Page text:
While Bernie Sanders is not the only Democratic presidential candidate who declined to attend the annual conference of the American-Israel Public Affairs Committee (AIPAC), he is the only one who explained that he would not do so because the organization serves as a platform “for leaders who express bigotry and oppose basic Palestinian rights.” (Elizabeth Warren tacitly endorsed a similar statement.) Alex Joffe examines the implications these statements may have if Sanders wins the nomination:
[First of all], candidates for House and Senate races . . . will be pressured to fall in line with the presidential frontrunner. . . . and to vilify Israel. . . . Moreover, this litmus test will be applied to American Jews, long [among] the most dependable supporters of the Democratic party. The choice between party loyalty—a key element of American Jewish identity—or support for a country that has been labeled “right-wing” and “racist” by Sanders will be difficult. . . . Whether the majority of American Jews will risk being labeled “right wing” and “racist” is unclear.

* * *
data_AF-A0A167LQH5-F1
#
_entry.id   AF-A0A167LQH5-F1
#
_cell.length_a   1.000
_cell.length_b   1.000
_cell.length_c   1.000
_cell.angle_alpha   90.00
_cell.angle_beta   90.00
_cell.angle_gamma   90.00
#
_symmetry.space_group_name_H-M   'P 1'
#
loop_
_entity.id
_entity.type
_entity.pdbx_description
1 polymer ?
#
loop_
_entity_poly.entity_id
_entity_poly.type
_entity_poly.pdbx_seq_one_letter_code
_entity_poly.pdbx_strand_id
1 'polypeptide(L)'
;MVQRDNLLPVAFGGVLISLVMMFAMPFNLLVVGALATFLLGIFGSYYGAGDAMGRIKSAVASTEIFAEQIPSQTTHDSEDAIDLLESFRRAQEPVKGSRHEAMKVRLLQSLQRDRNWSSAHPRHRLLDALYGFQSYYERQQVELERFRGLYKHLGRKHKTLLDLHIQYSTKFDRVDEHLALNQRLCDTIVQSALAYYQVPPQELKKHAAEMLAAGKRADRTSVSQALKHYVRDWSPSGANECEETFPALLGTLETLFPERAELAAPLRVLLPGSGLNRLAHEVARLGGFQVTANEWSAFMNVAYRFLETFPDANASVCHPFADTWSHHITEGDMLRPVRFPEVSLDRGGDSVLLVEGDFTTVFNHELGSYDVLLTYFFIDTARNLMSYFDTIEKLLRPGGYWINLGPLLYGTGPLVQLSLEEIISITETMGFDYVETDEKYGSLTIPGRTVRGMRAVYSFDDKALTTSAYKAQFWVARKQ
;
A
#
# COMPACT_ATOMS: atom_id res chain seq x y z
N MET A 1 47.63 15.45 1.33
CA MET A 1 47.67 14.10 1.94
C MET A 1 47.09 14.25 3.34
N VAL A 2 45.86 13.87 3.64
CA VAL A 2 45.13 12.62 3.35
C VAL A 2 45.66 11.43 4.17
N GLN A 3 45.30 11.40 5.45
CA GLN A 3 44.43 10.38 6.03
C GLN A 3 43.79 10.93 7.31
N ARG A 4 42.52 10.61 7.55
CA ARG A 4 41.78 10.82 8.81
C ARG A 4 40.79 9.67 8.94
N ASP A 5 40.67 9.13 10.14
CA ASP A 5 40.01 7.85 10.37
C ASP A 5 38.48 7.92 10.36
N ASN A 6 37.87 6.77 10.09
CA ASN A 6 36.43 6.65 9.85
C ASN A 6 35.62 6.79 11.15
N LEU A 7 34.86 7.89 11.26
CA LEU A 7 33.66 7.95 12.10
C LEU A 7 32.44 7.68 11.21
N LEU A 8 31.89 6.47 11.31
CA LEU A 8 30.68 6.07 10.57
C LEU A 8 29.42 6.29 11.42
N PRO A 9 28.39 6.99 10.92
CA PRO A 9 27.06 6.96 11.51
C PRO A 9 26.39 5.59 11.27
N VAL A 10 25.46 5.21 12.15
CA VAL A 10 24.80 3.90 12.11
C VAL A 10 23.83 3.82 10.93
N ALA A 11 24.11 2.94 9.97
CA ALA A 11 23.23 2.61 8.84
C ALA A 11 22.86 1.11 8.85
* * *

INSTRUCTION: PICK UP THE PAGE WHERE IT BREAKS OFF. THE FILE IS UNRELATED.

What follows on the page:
And should Sanders fail either to become the nominee or to be elected president in November, it is a virtual certainty that, in precisely the same manner of Jeremy Corbyn and the British Labor party, Israel and Jews will be blamed for his failure. The belief in Zionist conspiracies are a key element of progressive politics and will only expand as disloyalty to the party ideology and to its leader is rooted out.
[T]he equation of Zionism and Israel with “right-wing” politics, “racism,” and its American variant “white supremacy,” has taken a huge leap forward with Sanders. Unless he can be stopped by his own party or by the reelection of Donald Trump, these concepts will become absolute fixtures on the American left. Combating these conceptions within American society as a whole, however, is a bipartisan task.